Andrew: That is a testament to classic rock I guess, I mean it’s something that people always go back to no  matter what generation you grow up in. I think classic rock is always going to be around and something that  never fades away.

Rick: That’s exactly right! There’s so many songs that have been written that are relevant only to a very  short period of time and they disappear, never hear them again and very often never hear from that band  again.

Andrew: How did you get into music in the first place? What inspired you?

Rick: My answer to that question has sometimes been Beethoven [laughs] and that’s because he was my favorite  composer when I was learning classical piano when I was still at school. I played a lot of Beethoven, I  loved it. But really it was probably my Grandmother who inspired me to get into music because she was a  great musician too, so was her husband and her Grandfather. We never met him as he passed away before I was  born but he was a great classical musician / composer / conductor – the whole thing. So it was in our  family, John and I both grew up around music, albeit classical until John discovered Bob Dylan and I was  still playing classical piano at the time but it just went from there and somehow or another we morphed into  a rock band

Andrew: Was there any particular musician that helped to shape your style and sound?

Rick: Early on when I couldn’t really play, because I put my hand up to be lead guitarist without knowing  how to play lead guitar, I listened to a bit of Chuck Berry, I listened to a bit of Angus Young and from  there started listening to some other great blues players. Eric Clapton, a bit of Hendrix, a bit of Stevie  Ray vaughn So a whole lot is the answer. A whole lot of guitarists that have influenced me over the years.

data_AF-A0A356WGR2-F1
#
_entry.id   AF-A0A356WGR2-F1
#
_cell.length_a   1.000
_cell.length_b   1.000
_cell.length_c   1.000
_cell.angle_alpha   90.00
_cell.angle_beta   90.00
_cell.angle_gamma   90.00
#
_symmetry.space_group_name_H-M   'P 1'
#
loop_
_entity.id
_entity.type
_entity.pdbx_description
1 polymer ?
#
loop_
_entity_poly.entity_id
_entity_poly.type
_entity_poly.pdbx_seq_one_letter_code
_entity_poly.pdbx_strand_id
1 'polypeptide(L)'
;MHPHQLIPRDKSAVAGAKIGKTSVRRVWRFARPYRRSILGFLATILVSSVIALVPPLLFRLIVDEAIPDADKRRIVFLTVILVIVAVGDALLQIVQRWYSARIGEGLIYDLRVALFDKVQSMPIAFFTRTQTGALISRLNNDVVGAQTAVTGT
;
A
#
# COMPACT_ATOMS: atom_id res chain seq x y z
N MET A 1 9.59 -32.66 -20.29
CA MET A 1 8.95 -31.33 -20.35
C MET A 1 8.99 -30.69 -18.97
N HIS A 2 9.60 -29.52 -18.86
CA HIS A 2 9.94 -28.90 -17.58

Andrew: Yeah it’s interesting to hear the influences and where people came from. We try to ask people a  couple of questions in relation to that kind of stuff and the editor is screamng at me to ask you this  question because he couldn’t talk to you today but if there was any particular classic album in history that  you could be the witness to the recording of, what would it be?

Rick: Well I would say..what’s the classic Queen album, the one with that epic song?

Andrew: Oh Bohemian Rhapsody?

Rick: Yeah “Bohemian Rhapsody” [editors note: A Night At he Opera], whatever album that was on, I think that  would be amazing to be there. I say that because I’ve worked with an engineer who [worked] on that album and  he said by the end of recording “Bohemian Rhapsody”, he had gone through the tape heads that many times you  could hold it up and it was like netting, you could see straight through the two inch master tape. And that  little story always amazed me and I still think about it, it sounds so good and the tape was that thin so  much of the oxide had worn off it! Imagine what it would of sounded like if it had just been one or two  passes when it was recorded, just thinking about what must have gone through those musicians heads and the  producer and engineer working on that album to achieve that. But that’s only one, I mean god, what would it  have been like to be there when the Beatles recorded the White album or Sgt. Pepper or any of them.

Andrew: Yeah I can only imagine, especialy the White album for me as it’s interesting how that one came  together and how strange it was at the same time. One more question for you personally, what is the meaning  of life?

Rick: [laughs] Noone has ever asked me that.

Andrew: [laughs] It’s why we ask it!

Rick: Yeah! Well number one is to enjoy life I think. Whatever it presents, makes the most of it because  you’ve only got one and it’s not that long.

Andrew: That’s very sound advice! We are looking forward to seeing you guys on this tour in March and April,  I think it’s going to be a hit with the fans. So thanks for your time today, really appreciate it and have  fun on the tour man. Should be a blast!

Rick: Yeah pleasure, thanks! Good talking to you.